Barriers to employment for young adult central nervous system tumor survivors: The role of career readiness and core self-evaluations

David R. Strauser, Sa Shen, Chelsea E. Brehmer, Elizabeth Fine, Cori Liptak

Research output: Contribution to journalArticlepeer-review


BACKGROUND: Although the majority of childhood cancer survivors make successful transitions to adulthood, research suggests that a significant group experiences ongoing medical concerns, such as psychological distress, that significantly impact the achievement of crucial social roles including employment. OBJECTIVE: The purpose of this study was to examine the relationship between career decision making, core self-evaluations, and perceived internal and external barriers to employment in a sample of young adult central nervous system tumor survivors. METHOD: A sample of 110 young adult survivors of pediatric central nervous system tumors was surveyed. Mediation analysis with structural equational modeling was used to correlate a number of different measures (Career Decision Making [CTI], Perceived Employment Barriers [PEB], and Core-Self Evaluations [CSE]). RESULTS: The presence of both significant direct and indirect effects of career decision making on perceived employment barriers implied that there was a partial mediating effect of core self-evaluations on the association between career readiness and employment barriers. CONCLUSION: Career decision-making is a robust construct that can be applied to young adult central nervous system tumor survivors in effort to gain more insight into the vocational psychological factors that impact career development and employment in this group. Core self-evaluations was found to be a mediator between career decision making and perceived career barriers.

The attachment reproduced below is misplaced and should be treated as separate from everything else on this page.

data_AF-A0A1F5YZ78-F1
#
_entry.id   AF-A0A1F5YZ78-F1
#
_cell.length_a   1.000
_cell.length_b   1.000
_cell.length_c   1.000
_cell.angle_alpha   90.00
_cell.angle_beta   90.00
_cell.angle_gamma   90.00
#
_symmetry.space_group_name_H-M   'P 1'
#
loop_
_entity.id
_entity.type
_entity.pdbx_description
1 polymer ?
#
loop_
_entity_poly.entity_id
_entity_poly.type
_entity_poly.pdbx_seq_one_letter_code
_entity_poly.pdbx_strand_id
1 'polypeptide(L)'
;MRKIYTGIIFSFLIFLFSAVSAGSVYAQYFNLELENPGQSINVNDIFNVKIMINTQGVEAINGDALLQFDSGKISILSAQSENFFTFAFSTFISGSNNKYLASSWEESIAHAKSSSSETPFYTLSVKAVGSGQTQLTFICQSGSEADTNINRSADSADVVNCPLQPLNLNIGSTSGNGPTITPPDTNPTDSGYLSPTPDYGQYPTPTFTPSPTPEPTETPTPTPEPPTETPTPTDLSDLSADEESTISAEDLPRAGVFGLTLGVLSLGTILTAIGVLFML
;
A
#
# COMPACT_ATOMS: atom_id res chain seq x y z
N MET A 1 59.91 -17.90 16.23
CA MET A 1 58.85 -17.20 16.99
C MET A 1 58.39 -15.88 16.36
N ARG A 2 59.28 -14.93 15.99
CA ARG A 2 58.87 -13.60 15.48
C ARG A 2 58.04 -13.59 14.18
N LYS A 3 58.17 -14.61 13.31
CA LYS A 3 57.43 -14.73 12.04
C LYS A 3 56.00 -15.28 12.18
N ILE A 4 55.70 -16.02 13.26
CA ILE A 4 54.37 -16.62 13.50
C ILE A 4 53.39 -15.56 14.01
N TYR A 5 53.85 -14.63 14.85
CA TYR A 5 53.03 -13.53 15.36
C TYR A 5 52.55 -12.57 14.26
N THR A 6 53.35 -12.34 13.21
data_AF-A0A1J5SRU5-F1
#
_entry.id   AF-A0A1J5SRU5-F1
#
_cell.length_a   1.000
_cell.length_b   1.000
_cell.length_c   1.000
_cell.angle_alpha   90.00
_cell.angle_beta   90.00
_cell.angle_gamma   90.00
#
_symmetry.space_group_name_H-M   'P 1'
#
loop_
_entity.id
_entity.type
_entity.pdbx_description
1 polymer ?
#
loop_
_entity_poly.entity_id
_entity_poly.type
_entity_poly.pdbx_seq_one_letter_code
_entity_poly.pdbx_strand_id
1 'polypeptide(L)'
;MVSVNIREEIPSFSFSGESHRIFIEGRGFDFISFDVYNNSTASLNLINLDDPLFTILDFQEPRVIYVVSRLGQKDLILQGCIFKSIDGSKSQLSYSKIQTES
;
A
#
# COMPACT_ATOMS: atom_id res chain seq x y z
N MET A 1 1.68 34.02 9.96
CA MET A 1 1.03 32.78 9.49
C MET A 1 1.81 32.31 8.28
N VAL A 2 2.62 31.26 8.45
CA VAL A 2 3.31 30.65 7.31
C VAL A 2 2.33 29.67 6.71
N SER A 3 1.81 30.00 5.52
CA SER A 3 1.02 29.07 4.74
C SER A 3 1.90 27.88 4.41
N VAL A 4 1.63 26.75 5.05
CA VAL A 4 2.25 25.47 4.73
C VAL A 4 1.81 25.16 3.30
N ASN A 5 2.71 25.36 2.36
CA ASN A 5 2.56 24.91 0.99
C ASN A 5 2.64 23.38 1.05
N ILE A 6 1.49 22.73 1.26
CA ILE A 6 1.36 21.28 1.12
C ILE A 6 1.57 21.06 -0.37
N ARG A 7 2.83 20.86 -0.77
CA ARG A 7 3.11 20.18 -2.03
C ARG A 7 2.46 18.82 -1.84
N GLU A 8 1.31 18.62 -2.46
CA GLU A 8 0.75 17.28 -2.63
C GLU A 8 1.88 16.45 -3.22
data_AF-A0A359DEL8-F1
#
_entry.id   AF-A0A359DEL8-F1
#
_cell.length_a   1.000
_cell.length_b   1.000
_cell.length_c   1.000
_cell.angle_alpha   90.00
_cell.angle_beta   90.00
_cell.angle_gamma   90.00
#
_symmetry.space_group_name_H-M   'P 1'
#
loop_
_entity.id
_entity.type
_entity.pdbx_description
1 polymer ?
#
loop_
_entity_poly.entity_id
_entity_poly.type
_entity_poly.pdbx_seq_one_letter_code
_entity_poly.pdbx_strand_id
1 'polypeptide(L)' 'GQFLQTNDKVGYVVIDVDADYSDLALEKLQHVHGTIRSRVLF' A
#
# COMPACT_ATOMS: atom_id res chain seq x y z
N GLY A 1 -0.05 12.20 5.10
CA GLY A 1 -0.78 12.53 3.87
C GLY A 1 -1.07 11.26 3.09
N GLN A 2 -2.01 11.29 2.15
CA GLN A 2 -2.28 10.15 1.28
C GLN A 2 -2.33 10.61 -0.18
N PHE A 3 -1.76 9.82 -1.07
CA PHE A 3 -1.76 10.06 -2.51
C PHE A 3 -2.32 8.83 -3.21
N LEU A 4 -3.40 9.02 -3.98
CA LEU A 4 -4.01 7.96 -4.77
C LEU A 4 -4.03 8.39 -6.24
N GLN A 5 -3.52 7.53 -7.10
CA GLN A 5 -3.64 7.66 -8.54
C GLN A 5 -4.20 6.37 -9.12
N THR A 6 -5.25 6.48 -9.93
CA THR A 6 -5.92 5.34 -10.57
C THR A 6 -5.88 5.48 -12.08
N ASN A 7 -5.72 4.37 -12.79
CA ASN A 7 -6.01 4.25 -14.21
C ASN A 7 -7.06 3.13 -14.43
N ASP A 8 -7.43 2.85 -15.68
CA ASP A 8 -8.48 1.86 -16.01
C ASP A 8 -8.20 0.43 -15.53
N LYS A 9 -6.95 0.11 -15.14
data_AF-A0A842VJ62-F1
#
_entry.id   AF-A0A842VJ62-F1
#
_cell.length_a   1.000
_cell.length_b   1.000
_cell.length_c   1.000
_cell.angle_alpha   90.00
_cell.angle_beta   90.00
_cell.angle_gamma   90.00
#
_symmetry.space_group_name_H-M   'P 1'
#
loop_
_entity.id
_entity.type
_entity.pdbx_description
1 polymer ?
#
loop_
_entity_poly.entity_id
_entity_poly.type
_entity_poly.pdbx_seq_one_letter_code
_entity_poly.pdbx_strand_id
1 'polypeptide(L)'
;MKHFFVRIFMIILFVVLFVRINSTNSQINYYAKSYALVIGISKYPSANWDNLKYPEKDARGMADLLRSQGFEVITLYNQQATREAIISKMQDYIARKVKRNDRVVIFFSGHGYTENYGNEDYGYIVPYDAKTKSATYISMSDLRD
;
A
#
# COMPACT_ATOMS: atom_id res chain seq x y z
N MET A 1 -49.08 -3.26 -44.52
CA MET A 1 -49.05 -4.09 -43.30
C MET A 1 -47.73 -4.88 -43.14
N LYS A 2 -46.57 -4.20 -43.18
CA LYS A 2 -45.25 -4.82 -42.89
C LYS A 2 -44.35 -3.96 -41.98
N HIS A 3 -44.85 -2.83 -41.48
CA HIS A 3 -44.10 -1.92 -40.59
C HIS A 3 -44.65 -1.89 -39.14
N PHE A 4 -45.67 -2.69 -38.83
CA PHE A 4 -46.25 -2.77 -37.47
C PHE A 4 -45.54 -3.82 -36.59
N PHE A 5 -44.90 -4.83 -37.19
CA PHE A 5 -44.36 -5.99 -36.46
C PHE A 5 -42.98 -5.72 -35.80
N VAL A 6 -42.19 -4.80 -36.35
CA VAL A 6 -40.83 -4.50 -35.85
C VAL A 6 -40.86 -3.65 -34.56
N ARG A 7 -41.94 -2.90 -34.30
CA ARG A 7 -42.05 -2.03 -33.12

Original languageEnglish (US)
Pages (from-to)187-197
Number of pages11
JournalJournal of Vocational Rehabilitation
Issue number2
StatePublished - 2023


  • Core self-evaluations
  • career readiness
  • central nervous system cancer
  • vocational rehabilitation
  • young adult

ASJC Scopus subject areas

  • Rehabilitation
  • Occupational Therapy


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